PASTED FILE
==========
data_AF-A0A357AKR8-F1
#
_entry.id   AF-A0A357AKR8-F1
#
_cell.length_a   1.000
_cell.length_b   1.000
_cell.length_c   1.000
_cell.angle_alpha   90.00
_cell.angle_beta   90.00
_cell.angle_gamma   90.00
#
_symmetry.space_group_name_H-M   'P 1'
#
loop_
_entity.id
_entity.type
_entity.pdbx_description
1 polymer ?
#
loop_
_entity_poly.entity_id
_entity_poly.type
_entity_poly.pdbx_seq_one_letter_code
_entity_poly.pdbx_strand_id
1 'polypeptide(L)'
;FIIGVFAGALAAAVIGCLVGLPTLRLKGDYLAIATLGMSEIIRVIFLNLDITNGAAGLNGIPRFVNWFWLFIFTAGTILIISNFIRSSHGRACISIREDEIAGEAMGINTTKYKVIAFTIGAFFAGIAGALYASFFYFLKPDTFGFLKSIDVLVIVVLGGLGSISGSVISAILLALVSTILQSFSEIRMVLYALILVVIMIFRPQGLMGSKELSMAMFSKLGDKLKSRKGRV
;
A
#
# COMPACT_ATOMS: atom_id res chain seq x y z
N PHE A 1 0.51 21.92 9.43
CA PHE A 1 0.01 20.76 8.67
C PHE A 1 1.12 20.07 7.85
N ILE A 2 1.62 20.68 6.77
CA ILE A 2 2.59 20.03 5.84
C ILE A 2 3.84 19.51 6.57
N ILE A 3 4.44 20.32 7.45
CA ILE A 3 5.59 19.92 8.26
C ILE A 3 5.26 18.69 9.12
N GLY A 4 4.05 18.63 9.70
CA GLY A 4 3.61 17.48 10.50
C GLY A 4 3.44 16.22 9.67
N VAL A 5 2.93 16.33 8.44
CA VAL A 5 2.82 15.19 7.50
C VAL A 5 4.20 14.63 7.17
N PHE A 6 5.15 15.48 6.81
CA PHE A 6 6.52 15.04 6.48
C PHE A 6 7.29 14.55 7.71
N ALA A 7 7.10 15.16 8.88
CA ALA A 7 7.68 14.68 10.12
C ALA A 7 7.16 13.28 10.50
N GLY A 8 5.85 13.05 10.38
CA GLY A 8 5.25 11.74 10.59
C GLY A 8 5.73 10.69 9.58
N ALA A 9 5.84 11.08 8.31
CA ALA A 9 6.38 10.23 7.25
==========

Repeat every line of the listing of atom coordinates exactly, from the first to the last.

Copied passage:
data_AF-A0A357AKR8-F1
#
_entry.id   AF-A0A357AKR8-F1
#
_cell.length_a   1.000
_cell.length_b   1.000
_cell.length_c   1.000
_cell.angle_alpha   90.00
_cell.angle_beta   90.00
_cell.angle_gamma   90.00
#
_symmetry.space_group_name_H-M   'P 1'
#
loop_
_entity.id
_entity.type
_entity.pdbx_description
1 polymer ?
#
loop_
_entity_poly.entity_id
_entity_poly.type
_entity_poly.pdbx_seq_one_letter_code
_entity_poly.pdbx_strand_id
1 'polypeptide(L)'
;FIIGVFAGALAAAVIGCLVGLPTLRLKGDYLAIATLGMSEIIRVIFLNLDITNGAAGLNGIPRFVNWFWLFIFTAGTILIISNFIRSSHGRACISIREDEIAGEAMGINTTKYKVIAFTIGAFFAGIAGALYASFFYFLKPDTFGFLKSIDVLVIVVLGGLGSISGSVISAILLALVSTILQSFSEIRMVLYALILVVIMIFRPQGLMGSKELSMAMFSKLGDKLKSRKGRV
;
A
#
# COMPACT_ATOMS: atom_id res chain seq x y z
N PHE A 1 0.51 21.92 9.43
CA PHE A 1 0.01 20.76 8.67
C PHE A 1 1.12 20.07 7.85
N ILE A 2 1.62 20.68 6.77
CA ILE A 2 2.59 20.03 5.84
C ILE A 2 3.84 19.51 6.57
N ILE A 3 4.44 20.32 7.45
CA ILE A 3 5.59 19.92 8.26
C ILE A 3 5.26 18.69 9.12
N GLY A 4 4.05 18.63 9.70
CA GLY A 4 3.61 17.48 10.50
C GLY A 4 3.44 16.22 9.67
N VAL A 5 2.93 16.33 8.44
CA VAL A 5 2.82 15.19 7.50
C VAL A 5 4.20 14.63 7.17
N PHE A 6 5.15 15.48 6.81
CA PHE A 6 6.52 15.04 6.48
C PHE A 6 7.29 14.55 7.71
N ALA A 7 7.10 15.16 8.88
CA ALA A 7 7.68 14.68 10.12
C ALA A 7 7.16 13.28 10.50
N GLY A 8 5.85 13.05 10.38
CA GLY A 8 5.25 11.74 10.59
C GLY A 8 5.73 10.69 9.58
N ALA A 9 5.84 11.08 8.31
CA ALA A 9 6.38 10.23 7.25